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–by Don Kennon

Several keen-eyed readers of yesterday’s Presidential Inaugural Quiz noticed an error in question 3, which had asked “Which two Presidents affirmed rather than swore the oath of office?”  As these readers observed, only one President, Franklin Pierce, affirmed the oath. Herbert Hoover, whom many sources cite as having affirmed the oath, indeed swore the oath as can be heard in recordings of his inauguration. It had been assumed that as a Quaker, Hoover did not swear the oath. He did, as did Richard Nixon, also a Quaker.

A contemporary engraving of Franklin Pierce taking the oath of office on March 4,1853. Library of Congress

A contemporary engraving of Franklin Pierce taking the oath of office on March 4,1853. (Library of Congress)

However, the evidence that Franklin Pierce affirmed the oath is clear and strong from contemporary accounts.  Why he did so remains somewhat a mystery. Peter A. Wallner, the author of a two-volume biography of Pierce, could find no evidence of why Pierce chose to affirm rather than swear the oath. He speculates that perhaps Pierce did so for religious reasons or that he was just trying to perpetuate the myth of his personal humility.

Whatever the motivation, Pierce’s swearing-in ceremony took place within the context of a terrible personal tragedy. Just two months earlier, on January 6, 1853, Pierce, his wife Jane, and their only surviving child, 11-year-old Bennie, traveled by train from Boston when the car in which they were riding plunged down an embankment near Andover. Pierce and his wife survived but they witnessed their son’s death. Jane Pierce, devastated by the experience, blamed her husband’s political ambitions for the accident. She remained a recluse during his presidency and did not attend the inauguration. There were no balls because of her mourning. A cloud of sadness seemed to hang over a “cold and cheerless” White House during Pierce’s presidency.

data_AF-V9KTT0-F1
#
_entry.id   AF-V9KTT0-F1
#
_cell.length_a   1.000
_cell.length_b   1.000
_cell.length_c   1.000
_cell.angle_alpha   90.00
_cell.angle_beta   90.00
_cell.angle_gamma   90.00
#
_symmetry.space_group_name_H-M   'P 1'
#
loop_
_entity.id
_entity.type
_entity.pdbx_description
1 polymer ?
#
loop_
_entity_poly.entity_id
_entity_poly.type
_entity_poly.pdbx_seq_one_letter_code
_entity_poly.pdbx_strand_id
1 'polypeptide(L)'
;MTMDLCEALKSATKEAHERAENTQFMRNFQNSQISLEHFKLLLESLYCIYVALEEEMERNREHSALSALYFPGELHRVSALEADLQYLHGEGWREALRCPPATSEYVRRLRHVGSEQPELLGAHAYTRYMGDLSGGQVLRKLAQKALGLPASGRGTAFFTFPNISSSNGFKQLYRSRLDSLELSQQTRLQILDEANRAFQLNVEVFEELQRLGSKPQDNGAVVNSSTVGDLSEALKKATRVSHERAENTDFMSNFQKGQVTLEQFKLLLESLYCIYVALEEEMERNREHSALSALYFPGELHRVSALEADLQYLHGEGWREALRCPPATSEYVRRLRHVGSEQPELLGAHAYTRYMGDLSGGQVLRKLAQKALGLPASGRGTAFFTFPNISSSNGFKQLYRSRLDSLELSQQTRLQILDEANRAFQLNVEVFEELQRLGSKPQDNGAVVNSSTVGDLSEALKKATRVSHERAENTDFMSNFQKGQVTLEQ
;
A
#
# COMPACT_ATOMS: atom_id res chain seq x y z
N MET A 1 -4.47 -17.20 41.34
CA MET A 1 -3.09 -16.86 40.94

There are a couple of other interesting side notes to Pierce’s inauguration. He recited his inaugural address from memory and his vice president, William R. King, did not attend the ceremony. King, terminally ill with tuberculosis, had gone to Cuba for his health, where he took the oath of office on March 24, 1853, twenty days after inauguration day. He died on April 18 and the office of vice president remained vacant for the next four years.